Why I think Wayne Grudem is unwilling to accord full respect to women (ERAS part 4)
In his book Biblical Foundations for Manhood and Womanood Wayne Grudem argues that complementarianism is fair, that it’s obedient to the Bible, and that is best for us as human beings since it truly honors men and women because it honours both their equality and their differences — their equal value to God and their differences in roles. He maintains that complementarianism does not lead to abuse but guards against it because it holds that both men and women are equal in value before God. (52-3)
He thinks that he’s fighting a righteous and vital battle: “the question of biblical manhood and womanhood is the focal point in a tremendous battle of worldviews.” (ibid 60) He believes that he espouses the Biblically honouring middle which is the right balance between two worldviews, both of which violate the Bible but in opposite ways.
He presents this in the table below. At one extreme there is the No Differences view which says that “all is one” (paganism) and since there are no differences, sexuality is plastic and homosexuality and androgyny are fully accepted. At the opposite extreme is the No Equality view which says “might makes right” so males brutally dominate and women are dehumanised. Here is the first page of his 2-page table about the spectrum of world views (ibid, 62). Click on the table to enlarge it.
In the middle column in above table, Grudem diagrams his belief that (eternally) the Father has authority over the Son, and the Father and the Son have authority over the Holy Spirit.
And he diagrams his belief that the husband has authority over the wife because male leadership is evident in the biblical account of creation, Ephesians 5 talks about the husband being head of the wife, and 1 Corinthians 11:3 says “I want you to understand that the head of every man is Christ, the head of a wife is her husband, and the head of Christ is God.”
Grudem’s doctrine of Eternal Relations of Authority and Submission has been challenged by many people (links at the bottom of this post). But Grudem is holding fast to his views. Some influential people (e.g. Denny Burk, Al Mohler) are happy to tolerate ERAS and allow Grudem and his ilk to remain within the camp of ‘evangelicalism’ (what does that word mean anymore?). But thankfully, some influential people are dismayed —
in his wildly popular Systematic Theology, Wayne Grudem writes that the Trinity is analogous to husband (the Father), wife (the Son), and child (the Holy Spirit).
It boggles my mind that so many well-known men within the broader reformed(ish) world are unwilling to refute such nonsense. (Todd Pruitt, link)
I’m sure Grudem thinks that he respects women as much as men, and that none of his teaching is bad for women. But I think Grudem has been focusing so much on resisting and rebutting egalitarianism that he isn’t seeing that his doctrines are not actually at the balanced middle, but are some degrees over on the ‘no equality’ side. ERAS is heretical. It’s outside Nicene orthodoxy. And as Todd Pruitt says, “CBMW has deliberately and repeatedly built its theological support for the complementary roles of men and women upon this deeply flawed doctrine of the Trinity.”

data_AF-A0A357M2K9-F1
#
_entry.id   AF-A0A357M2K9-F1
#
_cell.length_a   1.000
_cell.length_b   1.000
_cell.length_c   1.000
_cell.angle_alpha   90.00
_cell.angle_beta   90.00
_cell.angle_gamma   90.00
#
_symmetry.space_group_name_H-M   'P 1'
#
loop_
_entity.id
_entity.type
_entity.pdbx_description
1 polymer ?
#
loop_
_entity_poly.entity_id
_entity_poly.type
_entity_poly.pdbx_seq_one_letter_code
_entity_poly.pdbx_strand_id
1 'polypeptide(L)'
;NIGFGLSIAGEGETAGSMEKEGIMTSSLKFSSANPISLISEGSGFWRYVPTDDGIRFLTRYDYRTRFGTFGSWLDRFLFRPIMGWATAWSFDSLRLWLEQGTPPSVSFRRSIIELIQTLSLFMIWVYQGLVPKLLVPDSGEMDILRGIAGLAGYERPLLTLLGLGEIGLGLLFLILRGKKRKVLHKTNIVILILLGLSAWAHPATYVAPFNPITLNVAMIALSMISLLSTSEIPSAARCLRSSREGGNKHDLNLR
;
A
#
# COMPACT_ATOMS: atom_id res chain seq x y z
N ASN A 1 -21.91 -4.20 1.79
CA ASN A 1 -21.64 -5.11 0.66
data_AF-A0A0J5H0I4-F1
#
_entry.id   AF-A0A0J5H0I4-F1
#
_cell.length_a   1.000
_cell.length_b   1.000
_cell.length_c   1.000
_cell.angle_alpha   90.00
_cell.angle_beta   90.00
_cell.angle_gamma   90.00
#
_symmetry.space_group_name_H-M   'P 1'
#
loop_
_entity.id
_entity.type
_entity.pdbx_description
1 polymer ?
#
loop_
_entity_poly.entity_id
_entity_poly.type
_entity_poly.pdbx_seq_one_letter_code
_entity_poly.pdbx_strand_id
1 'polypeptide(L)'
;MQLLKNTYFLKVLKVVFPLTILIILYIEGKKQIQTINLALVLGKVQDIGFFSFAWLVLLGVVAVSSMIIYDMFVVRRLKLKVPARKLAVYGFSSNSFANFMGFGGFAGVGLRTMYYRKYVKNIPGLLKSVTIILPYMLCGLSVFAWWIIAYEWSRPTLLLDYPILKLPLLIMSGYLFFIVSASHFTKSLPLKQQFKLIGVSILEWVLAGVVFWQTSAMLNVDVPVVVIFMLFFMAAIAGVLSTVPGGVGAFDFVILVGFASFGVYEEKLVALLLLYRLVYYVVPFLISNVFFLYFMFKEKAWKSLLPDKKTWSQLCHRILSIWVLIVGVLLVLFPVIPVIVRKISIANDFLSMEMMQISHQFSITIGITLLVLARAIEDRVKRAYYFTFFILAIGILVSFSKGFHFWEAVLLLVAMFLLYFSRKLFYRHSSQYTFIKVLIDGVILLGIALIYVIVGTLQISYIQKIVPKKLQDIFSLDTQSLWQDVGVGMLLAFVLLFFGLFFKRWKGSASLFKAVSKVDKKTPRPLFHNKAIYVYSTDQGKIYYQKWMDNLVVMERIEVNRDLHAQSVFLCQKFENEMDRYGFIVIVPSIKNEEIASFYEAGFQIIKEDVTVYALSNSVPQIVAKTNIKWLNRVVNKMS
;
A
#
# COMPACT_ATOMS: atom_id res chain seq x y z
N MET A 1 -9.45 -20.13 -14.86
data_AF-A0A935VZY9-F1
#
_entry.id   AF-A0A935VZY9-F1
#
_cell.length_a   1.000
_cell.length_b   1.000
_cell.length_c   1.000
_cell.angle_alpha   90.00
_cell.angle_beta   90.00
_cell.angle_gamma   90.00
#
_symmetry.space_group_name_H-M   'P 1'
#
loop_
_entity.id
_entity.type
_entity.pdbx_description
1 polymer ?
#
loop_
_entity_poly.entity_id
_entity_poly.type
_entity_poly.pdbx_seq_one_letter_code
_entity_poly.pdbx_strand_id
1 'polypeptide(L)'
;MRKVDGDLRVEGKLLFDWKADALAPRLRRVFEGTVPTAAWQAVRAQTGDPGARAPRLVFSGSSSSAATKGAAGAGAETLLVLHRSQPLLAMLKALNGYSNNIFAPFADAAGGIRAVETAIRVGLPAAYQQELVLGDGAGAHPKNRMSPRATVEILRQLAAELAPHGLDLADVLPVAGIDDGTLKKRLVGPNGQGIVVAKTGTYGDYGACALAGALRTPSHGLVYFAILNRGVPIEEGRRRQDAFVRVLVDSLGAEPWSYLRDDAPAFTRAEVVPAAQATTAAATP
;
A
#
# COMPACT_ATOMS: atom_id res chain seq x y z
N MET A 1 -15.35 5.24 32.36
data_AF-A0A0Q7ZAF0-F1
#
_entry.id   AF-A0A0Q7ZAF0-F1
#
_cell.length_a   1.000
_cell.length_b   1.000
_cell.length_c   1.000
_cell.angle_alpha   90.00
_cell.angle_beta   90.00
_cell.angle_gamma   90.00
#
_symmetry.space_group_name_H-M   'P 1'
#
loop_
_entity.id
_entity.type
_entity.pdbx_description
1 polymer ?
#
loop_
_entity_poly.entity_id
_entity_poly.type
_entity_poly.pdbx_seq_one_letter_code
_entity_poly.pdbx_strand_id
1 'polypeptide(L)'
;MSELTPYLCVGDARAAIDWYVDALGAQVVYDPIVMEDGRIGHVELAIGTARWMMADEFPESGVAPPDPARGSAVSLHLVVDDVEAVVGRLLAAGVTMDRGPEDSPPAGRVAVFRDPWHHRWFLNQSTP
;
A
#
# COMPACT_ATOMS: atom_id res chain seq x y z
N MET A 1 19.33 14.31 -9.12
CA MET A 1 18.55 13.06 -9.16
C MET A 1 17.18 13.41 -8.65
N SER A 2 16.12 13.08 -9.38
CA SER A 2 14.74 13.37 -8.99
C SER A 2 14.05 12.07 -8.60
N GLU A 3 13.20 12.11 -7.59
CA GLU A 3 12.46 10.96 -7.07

ERAS is not Arianism, but it’s penumbral to Arianism. So I would put Grudem’s views not in the center column but somewhere to the right of centre. Here is how I would draw up that table. (this is just what I’ve thought so far—I’m open to feedback and suggestions on this table). Click on each image to enlarge it.
You can also view my table as a PDF by clicking this link:
Grudem emphasises AUTHORITY and SUBMISSION
Grudem has put a lot of effort into arguing for Eternal Relations of Authority and Submission in the Trinity. As Rachel Miller has shown, he argued for it in his Systematic Theology. And in his book Evangelical Feminism & Biblical Truth, he asserted that authority and submission are fundamental to interpersonal relationships:
the idea of authority and submission has always existed in the eternal relationship between the Father and the Son in the Trinity. And this means that the idea of authority and submission in interpersonal relationships never began – it has always existed in the eternal relationship between the Father and Son. The doctrine of the Trinity thus indicates that equality of being together with authority and submission to authority are perhaps the most fundamental aspects of interpersonal relationship in the entire universe. (p 429) (link, italics mine)
In the Appendix of Recovering Biblical Manhood and Womanhood, Wayne Grudem wrote:
At this point we must object and insist that authority and submission to authority are not pagan concepts. They are truly divine concepts, rooted in the eternal nature of the Trinity for all eternity and represented in the eternal submission of the Son to the Father and of the Holy Spirit to the Father and the Son.(464) (source, italics mine)
In his book Biblical Foundations for Manhood and Womanhood (link), he said
Submission to a rightful authority is a good and noble and wonderful thing, because it reflects the interpersonal relationships within God Himself. (51)
When we begin to dislike the very idea of authority and submission—not distortions and abuses, but the very idea—we are tampering with something very deep. We are beginning to dislike God Himself. (52)